So after the caves and the “cover girl” photo shooting  we headed to the waterfall. Can’t really tell where that is but when we got there it was pretty busy as it was a holiday. We had to walk quite a walk to get to the less populated area of the waterfall but once we got there it was nice to jump into the fresh water and wash away all the sweat and dust of the climb. 

 

The following morning I was to take the bus to Malacca so my host suggested that I spent the night at Raizan’s as he lives closer to the bus (bas) station. 

Raizan’s is the most messy place I’ve ever seen in my life but I felt at home from the moment I put my feet inside.  

In the meantime a friend of Raizan’s arrived and the four of us (Raizan, his friend, Mustapha and I) went for dinner and then to the hot spring nearby.  The hot spring is a shallow pool of hot water that springs naturally near Raizan’s house.  The water is pretty hot and it was very nice to spend some time there.  

The following day I took a bus to Malacca.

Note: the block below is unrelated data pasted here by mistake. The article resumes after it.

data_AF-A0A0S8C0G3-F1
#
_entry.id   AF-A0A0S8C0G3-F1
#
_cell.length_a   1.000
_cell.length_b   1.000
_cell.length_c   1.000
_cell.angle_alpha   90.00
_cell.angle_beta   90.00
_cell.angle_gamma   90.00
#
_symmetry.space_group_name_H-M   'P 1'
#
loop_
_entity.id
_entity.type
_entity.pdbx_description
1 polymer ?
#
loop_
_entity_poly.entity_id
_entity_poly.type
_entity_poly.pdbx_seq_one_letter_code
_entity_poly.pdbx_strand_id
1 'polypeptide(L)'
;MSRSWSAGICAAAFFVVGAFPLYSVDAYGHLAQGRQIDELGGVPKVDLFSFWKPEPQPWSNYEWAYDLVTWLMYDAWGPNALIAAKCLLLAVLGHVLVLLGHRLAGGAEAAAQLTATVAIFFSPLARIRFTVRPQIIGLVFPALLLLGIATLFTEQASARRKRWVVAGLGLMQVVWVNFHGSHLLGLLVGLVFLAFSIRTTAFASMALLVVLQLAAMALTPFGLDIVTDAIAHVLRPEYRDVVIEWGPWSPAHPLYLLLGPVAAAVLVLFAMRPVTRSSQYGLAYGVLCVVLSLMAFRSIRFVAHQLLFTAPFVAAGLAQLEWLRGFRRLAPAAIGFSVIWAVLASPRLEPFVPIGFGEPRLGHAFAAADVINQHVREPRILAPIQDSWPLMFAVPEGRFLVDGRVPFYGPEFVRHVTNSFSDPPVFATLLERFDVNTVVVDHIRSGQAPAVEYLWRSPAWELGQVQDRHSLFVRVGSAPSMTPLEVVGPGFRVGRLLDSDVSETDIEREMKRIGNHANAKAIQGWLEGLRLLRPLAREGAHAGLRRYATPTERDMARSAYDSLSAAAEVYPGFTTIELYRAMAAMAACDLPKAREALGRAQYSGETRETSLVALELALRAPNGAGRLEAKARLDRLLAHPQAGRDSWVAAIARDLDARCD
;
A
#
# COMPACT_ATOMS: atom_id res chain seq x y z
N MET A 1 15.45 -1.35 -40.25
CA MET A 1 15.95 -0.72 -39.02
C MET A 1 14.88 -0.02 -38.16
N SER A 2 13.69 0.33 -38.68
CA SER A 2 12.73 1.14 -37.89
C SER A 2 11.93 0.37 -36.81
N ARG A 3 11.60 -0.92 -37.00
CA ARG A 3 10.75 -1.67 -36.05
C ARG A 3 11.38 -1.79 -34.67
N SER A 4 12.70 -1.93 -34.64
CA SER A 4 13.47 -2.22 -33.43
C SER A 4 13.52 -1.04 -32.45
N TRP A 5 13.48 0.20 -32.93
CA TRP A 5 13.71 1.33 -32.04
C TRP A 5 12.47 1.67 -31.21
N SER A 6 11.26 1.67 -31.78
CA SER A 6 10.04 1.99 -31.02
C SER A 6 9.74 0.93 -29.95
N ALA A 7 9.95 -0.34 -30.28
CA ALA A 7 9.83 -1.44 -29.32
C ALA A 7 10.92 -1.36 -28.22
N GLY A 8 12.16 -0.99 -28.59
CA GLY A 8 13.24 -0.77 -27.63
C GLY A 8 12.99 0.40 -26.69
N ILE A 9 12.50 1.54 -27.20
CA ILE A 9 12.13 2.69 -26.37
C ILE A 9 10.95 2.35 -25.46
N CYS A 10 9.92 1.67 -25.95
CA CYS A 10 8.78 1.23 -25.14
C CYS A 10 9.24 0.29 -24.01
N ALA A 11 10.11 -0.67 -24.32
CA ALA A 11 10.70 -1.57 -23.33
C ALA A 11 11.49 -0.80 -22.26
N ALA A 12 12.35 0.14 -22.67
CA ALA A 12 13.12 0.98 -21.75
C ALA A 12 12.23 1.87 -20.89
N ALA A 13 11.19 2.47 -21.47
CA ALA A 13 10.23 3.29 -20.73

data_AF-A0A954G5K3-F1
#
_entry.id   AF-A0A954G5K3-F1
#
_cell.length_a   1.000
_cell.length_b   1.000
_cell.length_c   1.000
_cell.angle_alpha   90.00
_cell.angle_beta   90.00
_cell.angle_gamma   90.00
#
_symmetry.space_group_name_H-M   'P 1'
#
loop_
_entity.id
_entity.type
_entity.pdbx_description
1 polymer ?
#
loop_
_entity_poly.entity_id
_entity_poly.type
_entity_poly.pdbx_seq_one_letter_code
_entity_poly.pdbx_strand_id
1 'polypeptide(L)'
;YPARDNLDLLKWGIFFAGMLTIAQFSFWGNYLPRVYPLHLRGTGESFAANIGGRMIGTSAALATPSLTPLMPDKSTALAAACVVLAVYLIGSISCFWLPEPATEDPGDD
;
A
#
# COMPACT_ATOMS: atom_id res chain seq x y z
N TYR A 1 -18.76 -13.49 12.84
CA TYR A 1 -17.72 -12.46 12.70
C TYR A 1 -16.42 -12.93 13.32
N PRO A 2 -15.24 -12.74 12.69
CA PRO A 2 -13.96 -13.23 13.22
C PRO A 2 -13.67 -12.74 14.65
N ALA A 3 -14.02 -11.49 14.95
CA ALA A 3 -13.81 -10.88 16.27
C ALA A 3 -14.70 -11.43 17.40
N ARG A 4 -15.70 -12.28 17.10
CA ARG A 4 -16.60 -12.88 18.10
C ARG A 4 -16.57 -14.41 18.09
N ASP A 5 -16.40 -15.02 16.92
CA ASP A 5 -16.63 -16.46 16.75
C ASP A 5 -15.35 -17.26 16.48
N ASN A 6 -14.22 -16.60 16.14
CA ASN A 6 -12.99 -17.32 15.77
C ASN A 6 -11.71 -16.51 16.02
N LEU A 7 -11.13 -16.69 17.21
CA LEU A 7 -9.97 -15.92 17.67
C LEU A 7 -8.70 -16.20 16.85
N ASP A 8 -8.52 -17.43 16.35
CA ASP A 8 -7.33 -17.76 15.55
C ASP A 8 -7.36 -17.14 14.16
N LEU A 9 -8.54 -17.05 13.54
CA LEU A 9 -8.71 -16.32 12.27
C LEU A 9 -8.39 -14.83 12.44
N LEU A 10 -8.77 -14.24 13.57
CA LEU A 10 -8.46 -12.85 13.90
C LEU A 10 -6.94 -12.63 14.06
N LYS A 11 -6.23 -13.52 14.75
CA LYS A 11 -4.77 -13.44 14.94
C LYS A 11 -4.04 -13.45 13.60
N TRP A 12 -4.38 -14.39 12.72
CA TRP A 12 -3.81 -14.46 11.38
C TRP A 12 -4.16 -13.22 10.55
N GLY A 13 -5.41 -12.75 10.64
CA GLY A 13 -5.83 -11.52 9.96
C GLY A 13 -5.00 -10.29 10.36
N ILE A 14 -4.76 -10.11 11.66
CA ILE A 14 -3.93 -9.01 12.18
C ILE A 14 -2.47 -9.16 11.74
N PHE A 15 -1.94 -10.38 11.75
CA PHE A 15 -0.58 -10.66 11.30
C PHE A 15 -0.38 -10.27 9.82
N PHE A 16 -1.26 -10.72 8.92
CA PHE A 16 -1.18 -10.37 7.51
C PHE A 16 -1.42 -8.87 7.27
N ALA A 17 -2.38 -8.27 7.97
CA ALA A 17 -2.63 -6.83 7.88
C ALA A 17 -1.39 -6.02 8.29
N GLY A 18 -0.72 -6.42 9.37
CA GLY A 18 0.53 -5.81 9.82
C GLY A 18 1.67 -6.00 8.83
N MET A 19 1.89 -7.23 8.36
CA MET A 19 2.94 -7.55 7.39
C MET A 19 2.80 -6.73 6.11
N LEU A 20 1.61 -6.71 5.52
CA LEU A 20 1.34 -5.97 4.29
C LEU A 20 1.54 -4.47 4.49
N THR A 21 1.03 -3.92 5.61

Summing it up – Indonesia 

And Indonesia also is done.  Strange country, three big islands (main ones) and three different realities. 

Bali is the “easiest” one.  Being the one more known and exploited buy tourism is the one more westernized.  Locals are very used to foreigners,  English is spoken almost everywhere and it’s easy to go around. But being so it’s not necessarily a good thing.  Prices are higher and once again the white person is a “walking wallet”. Every step you’re asked if you wanna a taxi (taksi sorry!) or a sarong or a selfie stick or if you want a drink or some food.  Well basically like any other Asia country where tourism it too well developed.